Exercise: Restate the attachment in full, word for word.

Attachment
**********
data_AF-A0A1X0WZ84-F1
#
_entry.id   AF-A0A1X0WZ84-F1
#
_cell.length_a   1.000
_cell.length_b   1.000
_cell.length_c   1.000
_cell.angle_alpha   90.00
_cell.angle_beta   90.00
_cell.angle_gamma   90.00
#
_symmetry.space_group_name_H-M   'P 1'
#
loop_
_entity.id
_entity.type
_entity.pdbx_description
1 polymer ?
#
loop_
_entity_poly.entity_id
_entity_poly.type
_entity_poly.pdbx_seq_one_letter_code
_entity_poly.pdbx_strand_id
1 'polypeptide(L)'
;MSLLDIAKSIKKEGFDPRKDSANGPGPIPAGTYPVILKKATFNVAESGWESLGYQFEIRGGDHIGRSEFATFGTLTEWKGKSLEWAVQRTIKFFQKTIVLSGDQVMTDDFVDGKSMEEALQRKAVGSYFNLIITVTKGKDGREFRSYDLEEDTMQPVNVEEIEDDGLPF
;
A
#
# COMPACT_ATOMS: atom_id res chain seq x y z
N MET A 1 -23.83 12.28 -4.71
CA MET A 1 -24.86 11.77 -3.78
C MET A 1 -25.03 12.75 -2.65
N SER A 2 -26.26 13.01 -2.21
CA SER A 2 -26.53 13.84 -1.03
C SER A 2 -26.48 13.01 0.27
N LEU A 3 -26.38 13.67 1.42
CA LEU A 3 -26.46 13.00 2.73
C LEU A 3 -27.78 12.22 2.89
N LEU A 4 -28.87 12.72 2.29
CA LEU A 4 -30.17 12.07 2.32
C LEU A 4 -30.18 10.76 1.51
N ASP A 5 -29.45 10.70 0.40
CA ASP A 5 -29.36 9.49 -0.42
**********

data_AF-A0A1X0WZ84-F1
#
_entry.id   AF-A0A1X0WZ84-F1
#
_cell.length_a   1.000
_cell.length_b   1.000
_cell.length_c   1.000
_cell.angle_alpha   90.00
_cell.angle_beta   90.00
_cell.angle_gamma   90.00
#
_symmetry.space_group_name_H-M   'P 1'
#
loop_
_entity.id
_entity.type
_entity.pdbx_description
1 polymer ?
#
loop_
_entity_poly.entity_id
_entity_poly.type
_entity_poly.pdbx_seq_one_letter_code
_entity_poly.pdbx_strand_id
1 'polypeptide(L)'
;MSLLDIAKSIKKEGFDPRKDSANGPGPIPAGTYPVILKKATFNVAESGWESLGYQFEIRGGDHIGRSEFATFGTLTEWKGKSLEWAVQRTIKFFQKTIVLSGDQVMTDDFVDGKSMEEALQRKAVGSYFNLIITVTKGKDGREFRSYDLEEDTMQPVNVEEIEDDGLPF
;
A
#
# COMPACT_ATOMS: atom_id res chain seq x y z
N MET A 1 -23.83 12.28 -4.71
CA MET A 1 -24.86 11.77 -3.78
C MET A 1 -25.03 12.75 -2.65
N SER A 2 -26.26 13.01 -2.21
CA SER A 2 -26.53 13.84 -1.03
C SER A 2 -26.48 13.01 0.27
N LEU A 3 -26.38 13.67 1.42
CA LEU A 3 -26.46 13.00 2.73
C LEU A 3 -27.78 12.22 2.89
N LEU A 4 -28.87 12.72 2.29
CA LEU A 4 -30.17 12.07 2.32
C LEU A 4 -30.18 10.76 1.51
N ASP A 5 -29.45 10.70 0.40
CA ASP A 5 -29.36 9.49 -0.42